• Since you are working in two dimensions, the orthogonal distribution to $\phi$ is integrable, and $Pf$ has to be constant along the leaves of this distribution. Does it not suffice to just average $f$ over these leaves? – Willie Wong Nov 14 '18 at 22:12

Here is a comment that shows possible obstructions to the existence of such an operator. I'm assuming a bit more regularity here.

Let $$(M,g)$$ be a compact Riemannian manifold with boundary, and let $$\text{vol}_g$$ be its Riemannian volume form. Equip the vector space $$C^{\infty}(M)/\mathbb{R}$$ of smooth functions integrating to zero with the inner product $$\langle \alpha,\beta\rangle=\int_{M}g(\text{grad}\,\alpha,\text{grad}\,\beta)\text{vol}_g.$$ For a fixed vector field $$\phi$$ on M, define the subspace $$V_{\phi}=\{f\in C^{\infty}(M)/\mathbb{R}\;\vert\;\text{grad}\,f=\lambda\cdot\phi\text{ for some }\lambda\in C^{\infty}\}.$$ Then I think your problem (correct me if I'm misinterpreting your question) can be reduced to computing for a given $$\phi\in\text{Vect}(M)$$ and $$f\in C^{\infty}(M)/\mathbb{R}$$ its orthogonal projection onto $$V_{\phi}$$ using the inner product above.

Suppose that the projection $$Pf$$ of $$f$$ in the above sense exists. We have $$0=\int_{M}\lambda g(\text{grad}\,Pf-\text{grad}\,f,\phi)\text{vol}_g,\quad \forall \lambda\in C^{\infty}(M),$$ which implies that $$\text{grad}\,Pf-\text{grad}\,f$$ has to be orthogonal to $$\phi$$ at every point in $$M$$. Thus, in order to find $$Pf$$, we can perform orthogonal projection of $$\text{grad}\,f$$ onto the subspace generated by $$\phi$$ in each tangent space $$T_p M$$ using the inner product $$g_p$$, which leads to a vector field $$X_{\phi}$$. We then have to find a potential, i.e. a function $$Pf\in C^{\infty}(M)/\mathbb{R}$$ such that $$\text{grad}\,Pf=X_{\phi}$$. However, the existence of such a function leads to a contradiction if $$X_{\phi}=\lambda\cdot\phi$$ with some $$\lambda\in C^{\infty}$$, for which $$d\lambda\wedge\phi^{\flat}+\lambda d\phi^{\flat}\neq0,$$ where $$\phi^{\flat}$$ is the one-form dual to $$\phi$$.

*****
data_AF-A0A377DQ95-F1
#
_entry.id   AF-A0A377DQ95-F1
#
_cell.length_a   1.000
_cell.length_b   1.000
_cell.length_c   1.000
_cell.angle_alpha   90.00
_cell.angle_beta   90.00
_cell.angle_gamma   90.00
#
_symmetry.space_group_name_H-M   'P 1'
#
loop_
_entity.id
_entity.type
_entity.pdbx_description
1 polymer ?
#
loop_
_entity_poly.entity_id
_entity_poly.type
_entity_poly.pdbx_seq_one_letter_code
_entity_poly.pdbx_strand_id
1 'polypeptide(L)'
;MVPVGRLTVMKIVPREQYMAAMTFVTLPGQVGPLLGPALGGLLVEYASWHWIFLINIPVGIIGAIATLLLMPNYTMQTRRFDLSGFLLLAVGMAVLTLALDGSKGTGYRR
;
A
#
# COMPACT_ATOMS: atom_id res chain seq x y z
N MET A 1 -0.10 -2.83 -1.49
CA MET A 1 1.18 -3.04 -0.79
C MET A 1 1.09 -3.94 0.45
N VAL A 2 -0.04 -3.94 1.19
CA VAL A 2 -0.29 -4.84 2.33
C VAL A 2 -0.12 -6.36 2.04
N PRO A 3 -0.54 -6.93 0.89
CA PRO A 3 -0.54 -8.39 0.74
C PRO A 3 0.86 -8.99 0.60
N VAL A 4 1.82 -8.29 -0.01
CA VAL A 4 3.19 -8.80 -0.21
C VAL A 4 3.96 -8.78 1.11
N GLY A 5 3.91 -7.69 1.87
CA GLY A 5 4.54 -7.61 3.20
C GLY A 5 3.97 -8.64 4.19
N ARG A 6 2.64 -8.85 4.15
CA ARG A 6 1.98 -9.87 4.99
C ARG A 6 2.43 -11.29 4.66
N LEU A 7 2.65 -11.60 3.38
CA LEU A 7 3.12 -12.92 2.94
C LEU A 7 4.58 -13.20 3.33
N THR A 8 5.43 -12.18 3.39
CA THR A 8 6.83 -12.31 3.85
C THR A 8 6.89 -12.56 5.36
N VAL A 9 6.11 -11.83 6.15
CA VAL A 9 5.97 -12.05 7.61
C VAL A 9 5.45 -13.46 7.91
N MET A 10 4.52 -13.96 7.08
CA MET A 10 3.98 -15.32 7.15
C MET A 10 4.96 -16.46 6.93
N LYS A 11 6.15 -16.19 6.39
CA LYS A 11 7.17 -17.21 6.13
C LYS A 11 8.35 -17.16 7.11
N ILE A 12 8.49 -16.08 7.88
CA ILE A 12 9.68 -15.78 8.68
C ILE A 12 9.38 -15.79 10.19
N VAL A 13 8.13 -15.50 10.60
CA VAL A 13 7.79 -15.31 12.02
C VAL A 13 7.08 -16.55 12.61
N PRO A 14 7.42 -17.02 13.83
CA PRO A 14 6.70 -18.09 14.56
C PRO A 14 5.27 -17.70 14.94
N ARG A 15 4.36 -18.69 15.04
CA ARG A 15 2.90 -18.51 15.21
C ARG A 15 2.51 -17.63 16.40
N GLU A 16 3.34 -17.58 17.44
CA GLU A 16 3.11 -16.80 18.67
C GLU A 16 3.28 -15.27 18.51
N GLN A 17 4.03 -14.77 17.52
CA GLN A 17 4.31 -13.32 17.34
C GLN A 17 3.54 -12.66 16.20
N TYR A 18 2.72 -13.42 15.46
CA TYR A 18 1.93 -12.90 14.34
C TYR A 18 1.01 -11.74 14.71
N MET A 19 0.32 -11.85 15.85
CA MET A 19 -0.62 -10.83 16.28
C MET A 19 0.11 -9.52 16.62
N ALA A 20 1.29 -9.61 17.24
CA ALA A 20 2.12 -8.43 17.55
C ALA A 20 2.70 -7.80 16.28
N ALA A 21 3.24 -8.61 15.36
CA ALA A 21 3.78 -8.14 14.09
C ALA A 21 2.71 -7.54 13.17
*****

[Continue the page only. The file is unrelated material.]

For a counterexample when $$M$$ is the annulus in $$\mathbb{R}^2$$ and $$g$$ is the Euclidean metric on $$\mathbb{R}^2$$ restricted onto $$M$$, choose $$f=xy$$ and $$\phi=\partial_x$$ (i.e. $$\phi=(1,0)$$). Then $$df=y dx+x dy$$ and thus the orthogonal projection onto $$\phi$$ is given by $$X_{\phi}^{\flat}=y dx$$. But we have $$dX_{\phi}^{\flat}=-\text{vol}_g\neq 0$$, so there cannot be a function $$Pf$$ such that $$d(Pf)=X_{\phi}^{\flat}$$.

• $g_p$ is just the Riemannian metric at $p$ (as a quadratic form on $T_pM$). – S.Surace Nov 14 '18 at 22:15
• You are probably answering my question precisely. Unfortunately I am not a geometer, and while I am happy with the Hilbert part of your argument, I am less comfortable with the rest (what is g_p?). Would a worked example on B2\B1 with grad$\phi =(1,0)$ for example be possible? – username Nov 14 '18 at 22:29
• I changed the bit about $\phi$ (it is now an arbitrary vector field). I will think a bit about sufficient conditions to be put on $\phi$ and $f$ such that $Pf$ exists. – S.Surace Nov 14 '18 at 22:33
• Even better, if you could find explicit examples when it doesn't exist... – username Nov 14 '18 at 22:56
• @username I added a counterexample. – S.Surace Nov 14 '18 at 23:15